“Men don’t cry.” “Suck it up.” “Why are you being such a girl?” “Toughen up.”

These are a few statements many men have heard over the course of their lives. Many men are taught to be tough or macho, no matter the circumstances, and have been led to believe that showing emotions or expressing innermost thoughts or feelings is the wrong thing to do.

We have been led to believe that keeping our problems buried makes us strong, but in reality, it does the opposite.

Today, as we observe and celebrate Father’s Day, let’s take time to focus on the health and mental health of men.

It is OK to express your feelings in a healthy way to avoid the pitfalls of burying those feelings. The fact is, it is never OK to ignore your emotional difficulties. They can turn into bigger problems and manifest in negative and dangerous behaviors.

Suicide rates continue to grow each year, and suicide has been referred to as a “silent epidemic” because of the alarming rate of suicides committed on a daily basis. According to the Centers for Disease Control and Prevention (CDC):

>> Suicide is the 10th leading causing of death among all Americans.

>> Men account for 79 percent of them.

>> Suicide is four times more prevalent for males than females.

>> Suicide is the second leading cause of death of men between the ages of 10-39.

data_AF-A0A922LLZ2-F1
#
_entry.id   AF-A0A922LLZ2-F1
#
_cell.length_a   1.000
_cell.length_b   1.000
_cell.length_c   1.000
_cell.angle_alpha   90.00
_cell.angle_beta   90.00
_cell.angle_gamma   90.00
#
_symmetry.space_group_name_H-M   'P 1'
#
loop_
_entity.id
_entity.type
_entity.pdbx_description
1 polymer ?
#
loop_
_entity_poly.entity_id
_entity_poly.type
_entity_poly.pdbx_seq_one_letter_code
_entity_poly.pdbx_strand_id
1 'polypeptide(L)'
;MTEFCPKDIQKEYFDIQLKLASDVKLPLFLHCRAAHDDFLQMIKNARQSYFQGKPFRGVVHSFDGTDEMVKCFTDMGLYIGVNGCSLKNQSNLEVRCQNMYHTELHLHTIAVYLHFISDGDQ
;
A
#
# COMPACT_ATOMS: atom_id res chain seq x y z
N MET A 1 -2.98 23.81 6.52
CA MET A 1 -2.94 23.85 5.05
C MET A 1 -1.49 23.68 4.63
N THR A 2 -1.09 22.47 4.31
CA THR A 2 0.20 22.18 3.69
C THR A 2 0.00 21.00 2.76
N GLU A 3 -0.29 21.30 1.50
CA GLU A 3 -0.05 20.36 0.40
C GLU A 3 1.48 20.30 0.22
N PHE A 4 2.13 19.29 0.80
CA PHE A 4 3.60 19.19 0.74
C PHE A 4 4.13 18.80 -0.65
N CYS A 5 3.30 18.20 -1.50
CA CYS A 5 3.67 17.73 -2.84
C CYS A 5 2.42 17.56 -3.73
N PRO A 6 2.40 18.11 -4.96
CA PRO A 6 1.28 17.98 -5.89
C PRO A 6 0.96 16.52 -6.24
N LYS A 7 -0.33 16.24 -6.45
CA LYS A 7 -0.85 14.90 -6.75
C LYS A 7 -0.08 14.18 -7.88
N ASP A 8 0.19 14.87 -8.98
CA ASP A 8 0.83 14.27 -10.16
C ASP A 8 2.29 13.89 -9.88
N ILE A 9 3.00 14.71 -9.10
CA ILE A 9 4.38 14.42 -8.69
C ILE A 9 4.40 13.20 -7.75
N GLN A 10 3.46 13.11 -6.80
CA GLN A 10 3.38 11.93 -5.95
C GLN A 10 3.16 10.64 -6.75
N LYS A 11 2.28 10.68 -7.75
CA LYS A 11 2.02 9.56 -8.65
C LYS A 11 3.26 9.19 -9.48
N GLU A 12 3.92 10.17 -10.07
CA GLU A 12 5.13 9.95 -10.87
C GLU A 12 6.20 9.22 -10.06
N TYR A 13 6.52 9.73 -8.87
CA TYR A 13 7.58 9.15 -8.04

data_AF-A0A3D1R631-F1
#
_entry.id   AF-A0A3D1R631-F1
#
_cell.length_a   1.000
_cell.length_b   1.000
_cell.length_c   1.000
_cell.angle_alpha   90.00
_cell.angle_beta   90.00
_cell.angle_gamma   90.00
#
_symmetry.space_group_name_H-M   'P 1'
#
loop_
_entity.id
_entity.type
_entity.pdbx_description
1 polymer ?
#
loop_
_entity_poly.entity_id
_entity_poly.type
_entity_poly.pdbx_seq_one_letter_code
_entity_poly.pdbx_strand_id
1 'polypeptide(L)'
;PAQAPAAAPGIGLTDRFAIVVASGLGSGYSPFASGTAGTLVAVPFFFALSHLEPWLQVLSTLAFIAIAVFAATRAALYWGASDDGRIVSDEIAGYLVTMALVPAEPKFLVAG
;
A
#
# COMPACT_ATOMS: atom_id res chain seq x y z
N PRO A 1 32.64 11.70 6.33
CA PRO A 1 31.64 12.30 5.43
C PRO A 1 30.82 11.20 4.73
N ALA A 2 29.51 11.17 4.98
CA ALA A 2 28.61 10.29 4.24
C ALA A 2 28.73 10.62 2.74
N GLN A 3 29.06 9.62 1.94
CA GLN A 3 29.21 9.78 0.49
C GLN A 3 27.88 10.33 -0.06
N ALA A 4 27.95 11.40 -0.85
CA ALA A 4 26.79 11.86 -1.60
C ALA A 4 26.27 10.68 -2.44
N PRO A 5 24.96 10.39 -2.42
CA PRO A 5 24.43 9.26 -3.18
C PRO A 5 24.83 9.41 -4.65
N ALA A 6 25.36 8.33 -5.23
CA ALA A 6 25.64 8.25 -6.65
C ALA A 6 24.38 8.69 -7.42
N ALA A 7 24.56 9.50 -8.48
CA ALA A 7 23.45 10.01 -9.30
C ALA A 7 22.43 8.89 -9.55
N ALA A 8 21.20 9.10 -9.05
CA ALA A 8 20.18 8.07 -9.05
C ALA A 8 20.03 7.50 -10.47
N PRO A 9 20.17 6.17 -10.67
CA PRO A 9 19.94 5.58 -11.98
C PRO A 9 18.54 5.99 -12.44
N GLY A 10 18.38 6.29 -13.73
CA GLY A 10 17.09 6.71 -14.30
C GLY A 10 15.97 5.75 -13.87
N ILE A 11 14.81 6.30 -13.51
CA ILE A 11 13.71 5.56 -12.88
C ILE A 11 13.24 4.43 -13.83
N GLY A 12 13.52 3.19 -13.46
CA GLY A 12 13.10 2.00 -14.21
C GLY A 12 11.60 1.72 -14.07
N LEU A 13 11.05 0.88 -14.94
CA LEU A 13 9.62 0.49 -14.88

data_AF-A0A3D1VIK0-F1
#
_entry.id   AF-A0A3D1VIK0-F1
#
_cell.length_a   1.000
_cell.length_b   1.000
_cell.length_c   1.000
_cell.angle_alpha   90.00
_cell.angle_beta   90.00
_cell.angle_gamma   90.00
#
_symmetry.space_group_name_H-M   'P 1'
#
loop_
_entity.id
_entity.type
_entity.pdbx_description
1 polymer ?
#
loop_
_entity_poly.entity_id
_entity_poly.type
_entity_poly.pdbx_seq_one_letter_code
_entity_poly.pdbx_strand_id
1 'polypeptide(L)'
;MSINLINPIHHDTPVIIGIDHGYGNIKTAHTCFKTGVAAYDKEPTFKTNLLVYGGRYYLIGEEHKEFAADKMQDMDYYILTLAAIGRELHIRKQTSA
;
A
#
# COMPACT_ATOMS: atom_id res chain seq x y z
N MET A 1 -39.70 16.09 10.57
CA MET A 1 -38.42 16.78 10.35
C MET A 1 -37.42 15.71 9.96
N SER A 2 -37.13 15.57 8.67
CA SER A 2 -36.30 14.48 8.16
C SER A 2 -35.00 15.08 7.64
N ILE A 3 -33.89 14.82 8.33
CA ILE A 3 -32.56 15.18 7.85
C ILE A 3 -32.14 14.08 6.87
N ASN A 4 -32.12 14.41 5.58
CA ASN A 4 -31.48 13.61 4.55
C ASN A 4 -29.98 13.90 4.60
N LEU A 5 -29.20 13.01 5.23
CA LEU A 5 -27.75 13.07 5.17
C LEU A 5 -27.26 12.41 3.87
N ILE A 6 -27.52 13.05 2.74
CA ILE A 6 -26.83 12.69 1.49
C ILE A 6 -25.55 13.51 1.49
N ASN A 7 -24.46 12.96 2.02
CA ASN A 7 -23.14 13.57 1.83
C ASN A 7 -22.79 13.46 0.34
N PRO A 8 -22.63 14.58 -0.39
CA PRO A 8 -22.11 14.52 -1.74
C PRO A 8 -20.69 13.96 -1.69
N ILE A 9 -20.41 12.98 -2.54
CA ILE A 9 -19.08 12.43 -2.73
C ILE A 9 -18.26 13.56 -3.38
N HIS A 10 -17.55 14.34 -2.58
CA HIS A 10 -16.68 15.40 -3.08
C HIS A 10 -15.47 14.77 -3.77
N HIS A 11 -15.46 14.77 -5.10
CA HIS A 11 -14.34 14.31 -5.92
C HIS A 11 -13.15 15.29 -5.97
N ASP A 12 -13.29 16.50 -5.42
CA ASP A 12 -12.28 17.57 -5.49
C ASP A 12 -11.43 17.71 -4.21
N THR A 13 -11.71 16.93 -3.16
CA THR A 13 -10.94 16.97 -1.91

Mental Health America lists some of the factors that lead to suicide in males as social isolation, substance abuse, unemployment, military-related trauma, genetic predisposition and other mood disorders. Gay and bisexual men are more likely to attempt suicide than heterosexual men before age 25. This can be attributed to social stigma and nonacceptance.

It is estimated that 6 million men struggle with depression, yet men are less likely to seek treatment for mental health symptoms than women. Some of the reasons for this include a reluctance to talk and downplaying symptoms. According to Mental Health America, five major mental health problems affecting men are depression, anxiety, bipolar disorder, psychosis and schizophrenia, and eating disorders.

It is important that as men we continue to show our strength by being vocal about what affects us on a daily basis. Men can be expressive and emotional without being ashamed of sharing this part of themselves with others.

Supporting men to take care of their emotional responsibilities as well as family, work and financial obligations should be encouraged. It is not easy to share yourself with others, but we have to begin somewhere to lessen the stigma attached to men and their mental health.

Take the time today to check on the men in your lives to let them know it is OK to talk.

Christopher Moore is a behavioral health consultant in the HopeHealth Medical Plaza in Florence. He is a licensed professional counselor in South Carolina and North Carolina and has worked in counseling and mental health since 2002.